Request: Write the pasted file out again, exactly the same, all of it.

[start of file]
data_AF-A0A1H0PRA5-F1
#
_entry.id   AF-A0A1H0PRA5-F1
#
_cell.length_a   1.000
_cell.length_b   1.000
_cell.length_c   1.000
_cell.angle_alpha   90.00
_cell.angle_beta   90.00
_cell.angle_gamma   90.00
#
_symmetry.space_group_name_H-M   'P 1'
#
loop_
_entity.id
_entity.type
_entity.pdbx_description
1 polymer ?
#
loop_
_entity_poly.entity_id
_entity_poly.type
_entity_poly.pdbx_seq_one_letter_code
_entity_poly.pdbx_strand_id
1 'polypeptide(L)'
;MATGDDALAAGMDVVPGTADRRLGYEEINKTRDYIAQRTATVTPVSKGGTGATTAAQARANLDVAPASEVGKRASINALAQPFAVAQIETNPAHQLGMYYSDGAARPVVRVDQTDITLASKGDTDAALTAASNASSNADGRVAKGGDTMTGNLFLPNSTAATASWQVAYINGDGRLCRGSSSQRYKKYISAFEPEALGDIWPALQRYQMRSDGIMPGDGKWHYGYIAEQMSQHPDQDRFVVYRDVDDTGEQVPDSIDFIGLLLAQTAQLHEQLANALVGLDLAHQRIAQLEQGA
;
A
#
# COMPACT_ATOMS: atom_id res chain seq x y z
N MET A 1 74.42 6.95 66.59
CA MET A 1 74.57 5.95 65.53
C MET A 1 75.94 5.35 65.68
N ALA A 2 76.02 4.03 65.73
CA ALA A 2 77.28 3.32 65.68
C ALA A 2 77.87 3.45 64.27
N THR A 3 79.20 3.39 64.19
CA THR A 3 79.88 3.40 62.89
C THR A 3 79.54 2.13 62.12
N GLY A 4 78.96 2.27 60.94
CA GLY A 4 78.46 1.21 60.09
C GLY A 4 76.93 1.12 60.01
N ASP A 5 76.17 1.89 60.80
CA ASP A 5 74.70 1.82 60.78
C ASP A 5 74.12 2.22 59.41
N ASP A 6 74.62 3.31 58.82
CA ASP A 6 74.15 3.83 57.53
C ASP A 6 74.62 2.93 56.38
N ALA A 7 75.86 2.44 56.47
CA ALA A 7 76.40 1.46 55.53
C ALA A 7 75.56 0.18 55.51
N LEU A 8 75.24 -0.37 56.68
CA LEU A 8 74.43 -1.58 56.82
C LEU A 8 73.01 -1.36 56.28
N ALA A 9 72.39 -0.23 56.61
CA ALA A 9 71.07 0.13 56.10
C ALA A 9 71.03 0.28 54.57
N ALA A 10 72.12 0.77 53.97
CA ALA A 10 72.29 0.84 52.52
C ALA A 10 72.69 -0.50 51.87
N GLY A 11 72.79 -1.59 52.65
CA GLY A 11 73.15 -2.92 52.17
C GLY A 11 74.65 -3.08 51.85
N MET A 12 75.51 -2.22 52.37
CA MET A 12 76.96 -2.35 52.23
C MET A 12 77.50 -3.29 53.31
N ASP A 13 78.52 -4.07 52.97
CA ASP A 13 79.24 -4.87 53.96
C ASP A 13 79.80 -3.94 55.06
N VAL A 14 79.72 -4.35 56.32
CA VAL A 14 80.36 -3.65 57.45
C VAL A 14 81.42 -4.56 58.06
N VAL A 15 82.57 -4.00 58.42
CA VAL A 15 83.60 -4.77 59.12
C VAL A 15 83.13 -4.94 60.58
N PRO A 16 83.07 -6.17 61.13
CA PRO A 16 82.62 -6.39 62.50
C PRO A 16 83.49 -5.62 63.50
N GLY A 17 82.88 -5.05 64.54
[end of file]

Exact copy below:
data_AF-A0A1H0PRA5-F1
#
_entry.id   AF-A0A1H0PRA5-F1
#
_cell.length_a   1.000
_cell.length_b   1.000
_cell.length_c   1.000
_cell.angle_alpha   90.00
_cell.angle_beta   90.00
_cell.angle_gamma   90.00
#
_symmetry.space_group_name_H-M   'P 1'
#
loop_
_entity.id
_entity.type
_entity.pdbx_description
1 polymer ?
#
loop_
_entity_poly.entity_id
_entity_poly.type
_entity_poly.pdbx_seq_one_letter_code
_entity_poly.pdbx_strand_id
1 'polypeptide(L)'
;MATGDDALAAGMDVVPGTADRRLGYEEINKTRDYIAQRTATVTPVSKGGTGATTAAQARANLDVAPASEVGKRASINALAQPFAVAQIETNPAHQLGMYYSDGAARPVVRVDQTDITLASKGDTDAALTAASNASSNADGRVAKGGDTMTGNLFLPNSTAATASWQVAYINGDGRLCRGSSSQRYKKYISAFEPEALGDIWPALQRYQMRSDGIMPGDGKWHYGYIAEQMSQHPDQDRFVVYRDVDDTGEQVPDSIDFIGLLLAQTAQLHEQLANALVGLDLAHQRIAQLEQGA
;
A
#
# COMPACT_ATOMS: atom_id res chain seq x y z
N MET A 1 74.42 6.95 66.59
CA MET A 1 74.57 5.95 65.53
C MET A 1 75.94 5.35 65.68
N ALA A 2 76.02 4.03 65.73
CA ALA A 2 77.28 3.32 65.68
C ALA A 2 77.87 3.45 64.27
N THR A 3 79.20 3.39 64.19
CA THR A 3 79.88 3.40 62.89
C THR A 3 79.54 2.13 62.12
N GLY A 4 78.96 2.27 60.94
CA GLY A 4 78.46 1.21 60.09
C GLY A 4 76.93 1.12 60.01
N ASP A 5 76.17 1.89 60.80
CA ASP A 5 74.70 1.82 60.78
C ASP A 5 74.12 2.22 59.41
N ASP A 6 74.62 3.31 58.82
CA ASP A 6 74.15 3.83 57.53
C ASP A 6 74.62 2.93 56.38
N ALA A 7 75.86 2.44 56.47
CA ALA A 7 76.40 1.46 55.53
C ALA A 7 75.56 0.18 55.51
N LEU A 8 75.24 -0.37 56.68
CA LEU A 8 74.43 -1.58 56.82
C LEU A 8 73.01 -1.36 56.28
N ALA A 9 72.39 -0.23 56.61
CA ALA A 9 71.07 0.13 56.10
C ALA A 9 71.03 0.28 54.57
N ALA A 10 72.12 0.77 53.97
CA ALA A 10 72.29 0.84 52.52
C ALA A 10 72.69 -0.50 51.87
N GLY A 11 72.79 -1.59 52.65
CA GLY A 11 73.15 -2.92 52.17
C GLY A 11 74.65 -3.08 51.85
N MET A 12 75.51 -2.22 52.37
CA MET A 12 76.96 -2.35 52.23
C MET A 12 77.50 -3.29 53.31
N ASP A 13 78.52 -4.07 52.97
CA ASP A 13 79.24 -4.87 53.96
C ASP A 13 79.80 -3.94 55.06
N VAL A 14 79.72 -4.35 56.32
CA VAL A 14 80.36 -3.65 57.45
C VAL A 14 81.42 -4.56 58.06
N VAL A 15 82.57 -4.00 58.42
CA VAL A 15 83.60 -4.77 59.12
C VAL A 15 83.13 -4.94 60.58
N PRO A 16 83.07 -6.17 61.13
CA PRO A 16 82.62 -6.39 62.50
C PRO A 16 83.49 -5.62 63.50
N GLY A 17 82.88 -5.05 64.54